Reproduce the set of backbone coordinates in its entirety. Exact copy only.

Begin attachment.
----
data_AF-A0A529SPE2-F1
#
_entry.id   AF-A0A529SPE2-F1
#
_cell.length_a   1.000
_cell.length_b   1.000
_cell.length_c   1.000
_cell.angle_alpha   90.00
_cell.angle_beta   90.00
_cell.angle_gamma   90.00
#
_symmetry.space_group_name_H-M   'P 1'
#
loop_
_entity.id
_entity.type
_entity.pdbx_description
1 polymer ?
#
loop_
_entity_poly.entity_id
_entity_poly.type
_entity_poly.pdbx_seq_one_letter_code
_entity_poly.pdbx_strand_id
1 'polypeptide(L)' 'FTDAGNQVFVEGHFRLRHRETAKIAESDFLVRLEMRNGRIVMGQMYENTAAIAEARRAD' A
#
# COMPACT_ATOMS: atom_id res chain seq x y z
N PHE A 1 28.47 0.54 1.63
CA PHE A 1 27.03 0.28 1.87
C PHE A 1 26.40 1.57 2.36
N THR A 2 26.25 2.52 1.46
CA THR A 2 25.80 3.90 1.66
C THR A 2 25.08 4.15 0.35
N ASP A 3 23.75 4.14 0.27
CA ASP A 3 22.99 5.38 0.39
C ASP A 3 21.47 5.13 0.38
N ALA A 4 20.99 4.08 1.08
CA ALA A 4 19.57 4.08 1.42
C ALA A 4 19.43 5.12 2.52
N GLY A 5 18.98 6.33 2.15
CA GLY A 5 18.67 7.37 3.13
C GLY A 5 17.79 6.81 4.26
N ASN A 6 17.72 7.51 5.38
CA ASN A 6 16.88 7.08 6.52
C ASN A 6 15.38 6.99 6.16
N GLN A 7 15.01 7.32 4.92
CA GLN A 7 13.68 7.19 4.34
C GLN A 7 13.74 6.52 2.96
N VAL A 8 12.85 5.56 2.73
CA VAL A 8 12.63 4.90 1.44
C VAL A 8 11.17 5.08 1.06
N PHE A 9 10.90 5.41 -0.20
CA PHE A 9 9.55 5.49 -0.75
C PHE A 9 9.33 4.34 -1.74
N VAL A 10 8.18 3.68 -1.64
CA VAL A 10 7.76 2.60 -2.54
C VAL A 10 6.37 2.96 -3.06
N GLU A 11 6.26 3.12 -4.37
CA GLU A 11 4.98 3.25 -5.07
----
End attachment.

data_AF-A0A529SPE2-F1
#
_entry.id   AF-A0A529SPE2-F1
#
_cell.length_a   1.000
_cell.length_b   1.000
_cell.length_c   1.000
_cell.angle_alpha   90.00
_cell.angle_beta   90.00
_cell.angle_gamma   90.00
#
_symmetry.space_group_name_H-M   'P 1'
#
loop_
_entity.id
_entity.type
_entity.pdbx_description
1 polymer ?
#
loop_
_entity_poly.entity_id
_entity_poly.type
_entity_poly.pdbx_seq_one_letter_code
_entity_poly.pdbx_strand_id
1 'polypeptide(L)' 'FTDAGNQVFVEGHFRLRHRETAKIAESDFLVRLEMRNGRIVMGQMYENTAAIAEARRAD' A
#
# COMPACT_ATOMS: atom_id res chain seq x y z
N PHE A 1 28.47 0.54 1.63
CA PHE A 1 27.03 0.28 1.87
C PHE A 1 26.40 1.57 2.36
N THR A 2 26.25 2.52 1.46
CA THR A 2 25.80 3.90 1.66
C THR A 2 25.08 4.15 0.35
N ASP A 3 23.75 4.14 0.27
CA ASP A 3 22.99 5.38 0.39
C ASP A 3 21.47 5.13 0.38
N ALA A 4 20.99 4.08 1.08
CA ALA A 4 19.57 4.08 1.42
C ALA A 4 19.43 5.12 2.52
N GLY A 5 18.98 6.33 2.15
CA GLY A 5 18.67 7.37 3.13
C GLY A 5 17.79 6.81 4.26
N ASN A 6 17.72 7.51 5.38
CA ASN A 6 16.88 7.08 6.52
C ASN A 6 15.38 6.99 6.16
N GLN A 7 15.01 7.32 4.92
CA GLN A 7 13.68 7.19 4.34
C GLN A 7 13.74 6.52 2.96
N VAL A 8 12.85 5.56 2.73
CA VAL A 8 12.63 4.90 1.44
C VAL A 8 11.17 5.08 1.06
N PHE A 9 10.90 5.41 -0.20
CA PHE A 9 9.55 5.49 -0.75
C PHE A 9 9.33 4.34 -1.74
N VAL A 10 8.18 3.68 -1.64
CA VAL A 10 7.76 2.60 -2.54
C VAL A 10 6.37 2.96 -3.06
N GLU A 11 6.26 3.12 -4.37
CA GLU A 11 4.98 3.25 -5.07